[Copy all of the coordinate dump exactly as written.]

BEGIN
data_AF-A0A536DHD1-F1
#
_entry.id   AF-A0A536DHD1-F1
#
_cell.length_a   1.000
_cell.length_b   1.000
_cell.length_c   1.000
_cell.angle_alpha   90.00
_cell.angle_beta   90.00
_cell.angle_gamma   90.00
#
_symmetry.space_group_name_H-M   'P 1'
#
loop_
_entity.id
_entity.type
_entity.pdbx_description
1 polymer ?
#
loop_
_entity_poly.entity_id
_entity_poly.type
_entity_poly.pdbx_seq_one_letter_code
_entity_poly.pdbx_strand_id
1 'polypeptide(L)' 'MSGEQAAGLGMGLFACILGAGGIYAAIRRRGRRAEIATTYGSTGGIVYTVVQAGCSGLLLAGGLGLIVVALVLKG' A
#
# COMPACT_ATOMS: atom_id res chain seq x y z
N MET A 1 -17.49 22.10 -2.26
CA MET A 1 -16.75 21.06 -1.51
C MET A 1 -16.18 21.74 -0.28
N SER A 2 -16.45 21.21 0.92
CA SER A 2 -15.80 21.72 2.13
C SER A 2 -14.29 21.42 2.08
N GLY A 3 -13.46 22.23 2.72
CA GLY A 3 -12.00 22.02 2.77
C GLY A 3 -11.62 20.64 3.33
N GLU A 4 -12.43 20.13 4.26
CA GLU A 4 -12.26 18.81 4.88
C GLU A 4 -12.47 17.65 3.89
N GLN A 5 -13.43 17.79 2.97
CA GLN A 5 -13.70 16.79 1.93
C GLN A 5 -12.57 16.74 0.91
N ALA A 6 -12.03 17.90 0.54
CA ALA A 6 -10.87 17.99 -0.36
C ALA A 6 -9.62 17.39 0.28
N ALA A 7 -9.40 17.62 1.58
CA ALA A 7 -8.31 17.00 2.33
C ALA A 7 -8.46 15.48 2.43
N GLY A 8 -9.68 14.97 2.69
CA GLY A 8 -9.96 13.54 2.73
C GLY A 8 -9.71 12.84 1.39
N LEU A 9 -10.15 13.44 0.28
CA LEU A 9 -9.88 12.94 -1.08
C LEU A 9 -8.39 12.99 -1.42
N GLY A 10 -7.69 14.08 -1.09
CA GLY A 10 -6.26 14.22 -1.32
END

data_AF-A0A536DHD1-F1
#
_entry.id   AF-A0A536DHD1-F1
#
_cell.length_a   1.000
_cell.length_b   1.000
_cell.length_c   1.000
_cell.angle_alpha   90.00
_cell.angle_beta   90.00
_cell.angle_gamma   90.00
#
_symmetry.space_group_name_H-M   'P 1'
#
loop_
_entity.id
_entity.type
_entity.pdbx_description
1 polymer ?
#
loop_
_entity_poly.entity_id
_entity_poly.type
_entity_poly.pdbx_seq_one_letter_code
_entity_poly.pdbx_strand_id
1 'polypeptide(L)' 'MSGEQAAGLGMGLFACILGAGGIYAAIRRRGRRAEIATTYGSTGGIVYTVVQAGCSGLLLAGGLGLIVVALVLKG' A
#
# COMPACT_ATOMS: atom_id res chain seq x y z
N MET A 1 -17.49 22.10 -2.26
CA MET A 1 -16.75 21.06 -1.51
C MET A 1 -16.18 21.74 -0.28
N SER A 2 -16.45 21.21 0.92
CA SER A 2 -15.80 21.72 2.13
C SER A 2 -14.29 21.42 2.08
N GLY A 3 -13.46 22.23 2.72
CA GLY A 3 -12.00 22.02 2.77
C GLY A 3 -11.62 20.64 3.33
N GLU A 4 -12.43 20.13 4.26
CA GLU A 4 -12.26 18.81 4.88
C GLU A 4 -12.47 17.65 3.89
N GLN A 5 -13.43 17.79 2.97
CA GLN A 5 -13.70 16.79 1.93
C GLN A 5 -12.57 16.74 0.91
N ALA A 6 -12.03 17.90 0.54
CA ALA A 6 -10.87 17.99 -0.36
C ALA A 6 -9.62 17.39 0.28
N ALA A 7 -9.40 17.62 1.58
CA ALA A 7 -8.31 17.00 2.33
C ALA A 7 -8.46 15.48 2.43
N GLY A 8 -9.68 14.97 2.69
CA GLY A 8 -9.96 13.54 2.73
C GLY A 8 -9.71 12.84 1.39
N LEU A 9 -10.15 13.44 0.28
CA LEU A 9 -9.88 12.94 -1.08
C LEU A 9 -8.39 12.99 -1.42
N GLY A 10 -7.69 14.08 -1.09
CA GLY A 10 -6.26 14.22 -1.32